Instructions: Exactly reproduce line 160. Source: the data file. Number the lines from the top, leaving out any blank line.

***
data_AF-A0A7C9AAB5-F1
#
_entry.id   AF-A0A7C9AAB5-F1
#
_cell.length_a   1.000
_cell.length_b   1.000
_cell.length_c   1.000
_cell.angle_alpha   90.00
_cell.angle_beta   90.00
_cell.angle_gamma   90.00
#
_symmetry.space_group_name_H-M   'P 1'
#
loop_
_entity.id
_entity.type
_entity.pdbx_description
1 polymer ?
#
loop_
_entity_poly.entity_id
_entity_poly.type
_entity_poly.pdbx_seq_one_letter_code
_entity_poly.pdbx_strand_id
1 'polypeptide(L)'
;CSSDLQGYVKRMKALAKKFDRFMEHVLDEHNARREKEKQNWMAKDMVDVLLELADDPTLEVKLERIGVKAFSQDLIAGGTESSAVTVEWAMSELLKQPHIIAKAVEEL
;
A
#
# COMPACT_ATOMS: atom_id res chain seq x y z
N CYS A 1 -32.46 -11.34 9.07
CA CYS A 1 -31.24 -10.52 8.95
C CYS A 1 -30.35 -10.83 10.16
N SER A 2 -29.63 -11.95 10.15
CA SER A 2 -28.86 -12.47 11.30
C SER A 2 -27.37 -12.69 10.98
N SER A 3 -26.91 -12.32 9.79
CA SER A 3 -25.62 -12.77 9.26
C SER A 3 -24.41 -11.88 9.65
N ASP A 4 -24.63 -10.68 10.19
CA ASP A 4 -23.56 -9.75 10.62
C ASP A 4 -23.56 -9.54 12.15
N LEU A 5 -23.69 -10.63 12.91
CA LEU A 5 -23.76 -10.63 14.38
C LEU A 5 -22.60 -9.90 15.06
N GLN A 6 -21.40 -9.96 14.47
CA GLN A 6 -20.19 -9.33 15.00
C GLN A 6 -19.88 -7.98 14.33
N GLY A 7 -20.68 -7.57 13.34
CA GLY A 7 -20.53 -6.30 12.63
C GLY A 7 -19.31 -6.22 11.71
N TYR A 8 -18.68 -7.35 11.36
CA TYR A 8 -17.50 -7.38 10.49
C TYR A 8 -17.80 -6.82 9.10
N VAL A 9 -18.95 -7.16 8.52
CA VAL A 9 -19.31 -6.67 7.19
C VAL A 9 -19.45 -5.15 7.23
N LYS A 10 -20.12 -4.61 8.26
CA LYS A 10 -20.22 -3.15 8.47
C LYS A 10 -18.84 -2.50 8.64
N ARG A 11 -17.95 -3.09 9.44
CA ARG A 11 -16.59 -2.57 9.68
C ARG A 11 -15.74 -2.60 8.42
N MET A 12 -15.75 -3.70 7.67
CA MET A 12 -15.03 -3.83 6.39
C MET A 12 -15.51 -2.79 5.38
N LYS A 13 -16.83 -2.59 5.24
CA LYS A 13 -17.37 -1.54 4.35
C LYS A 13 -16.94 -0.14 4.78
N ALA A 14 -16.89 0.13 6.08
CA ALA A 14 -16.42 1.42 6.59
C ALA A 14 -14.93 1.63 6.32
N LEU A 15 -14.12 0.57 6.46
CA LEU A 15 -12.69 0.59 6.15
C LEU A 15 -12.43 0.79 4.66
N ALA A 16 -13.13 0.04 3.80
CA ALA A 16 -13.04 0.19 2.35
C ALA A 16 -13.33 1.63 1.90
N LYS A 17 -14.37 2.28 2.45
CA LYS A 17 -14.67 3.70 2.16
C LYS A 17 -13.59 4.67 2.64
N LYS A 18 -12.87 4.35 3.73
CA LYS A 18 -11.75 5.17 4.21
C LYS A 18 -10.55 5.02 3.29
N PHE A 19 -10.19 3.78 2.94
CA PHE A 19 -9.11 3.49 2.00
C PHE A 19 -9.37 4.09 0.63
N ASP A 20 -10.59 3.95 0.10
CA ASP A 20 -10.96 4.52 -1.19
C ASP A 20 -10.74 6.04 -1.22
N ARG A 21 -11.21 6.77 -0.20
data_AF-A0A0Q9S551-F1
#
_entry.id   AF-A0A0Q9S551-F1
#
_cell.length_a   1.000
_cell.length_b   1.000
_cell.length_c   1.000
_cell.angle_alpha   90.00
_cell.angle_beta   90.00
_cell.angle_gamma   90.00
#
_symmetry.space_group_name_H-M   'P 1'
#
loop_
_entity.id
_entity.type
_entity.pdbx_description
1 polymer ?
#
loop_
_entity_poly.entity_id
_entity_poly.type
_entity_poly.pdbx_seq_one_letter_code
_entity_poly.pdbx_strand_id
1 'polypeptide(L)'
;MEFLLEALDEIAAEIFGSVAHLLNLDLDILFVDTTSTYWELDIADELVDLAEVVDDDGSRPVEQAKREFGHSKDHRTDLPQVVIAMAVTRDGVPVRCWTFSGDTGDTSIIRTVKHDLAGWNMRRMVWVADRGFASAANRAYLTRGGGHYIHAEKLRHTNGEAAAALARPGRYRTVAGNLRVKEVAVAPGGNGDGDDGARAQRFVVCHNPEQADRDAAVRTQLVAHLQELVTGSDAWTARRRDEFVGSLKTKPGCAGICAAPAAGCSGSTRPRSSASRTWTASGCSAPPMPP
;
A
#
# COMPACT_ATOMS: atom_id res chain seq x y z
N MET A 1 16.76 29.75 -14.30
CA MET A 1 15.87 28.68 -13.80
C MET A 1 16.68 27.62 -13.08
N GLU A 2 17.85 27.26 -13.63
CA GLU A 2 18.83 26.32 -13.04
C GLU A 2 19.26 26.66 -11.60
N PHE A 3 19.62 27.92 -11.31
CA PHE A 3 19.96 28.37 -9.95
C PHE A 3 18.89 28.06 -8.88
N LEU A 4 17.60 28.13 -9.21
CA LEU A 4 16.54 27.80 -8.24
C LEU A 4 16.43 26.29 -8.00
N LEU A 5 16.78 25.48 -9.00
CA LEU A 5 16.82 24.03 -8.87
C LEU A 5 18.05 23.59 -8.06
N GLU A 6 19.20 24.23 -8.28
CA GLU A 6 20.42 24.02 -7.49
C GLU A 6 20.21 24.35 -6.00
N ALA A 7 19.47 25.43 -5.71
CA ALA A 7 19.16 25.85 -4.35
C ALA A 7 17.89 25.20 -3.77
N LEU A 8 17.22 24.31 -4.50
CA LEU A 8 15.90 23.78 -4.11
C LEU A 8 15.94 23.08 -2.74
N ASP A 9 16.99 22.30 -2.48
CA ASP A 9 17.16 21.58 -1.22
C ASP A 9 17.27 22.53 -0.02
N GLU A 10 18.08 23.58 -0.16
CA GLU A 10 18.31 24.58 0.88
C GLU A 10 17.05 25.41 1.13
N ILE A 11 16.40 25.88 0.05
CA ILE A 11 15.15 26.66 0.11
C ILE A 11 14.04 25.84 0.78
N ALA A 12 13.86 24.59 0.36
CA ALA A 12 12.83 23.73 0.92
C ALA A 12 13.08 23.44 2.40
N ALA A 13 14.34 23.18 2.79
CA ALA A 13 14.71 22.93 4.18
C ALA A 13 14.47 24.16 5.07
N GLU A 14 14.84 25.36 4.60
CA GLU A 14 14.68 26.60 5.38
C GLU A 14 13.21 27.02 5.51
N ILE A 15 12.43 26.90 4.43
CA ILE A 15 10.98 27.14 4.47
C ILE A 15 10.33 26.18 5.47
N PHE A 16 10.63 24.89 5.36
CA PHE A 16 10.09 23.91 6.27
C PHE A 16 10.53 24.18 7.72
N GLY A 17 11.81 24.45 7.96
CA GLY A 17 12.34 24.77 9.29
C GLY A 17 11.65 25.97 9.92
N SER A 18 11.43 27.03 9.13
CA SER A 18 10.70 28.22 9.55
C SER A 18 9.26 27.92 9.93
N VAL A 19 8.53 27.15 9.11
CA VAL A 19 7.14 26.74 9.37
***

C ALA A 13 14.47 24.16 5.07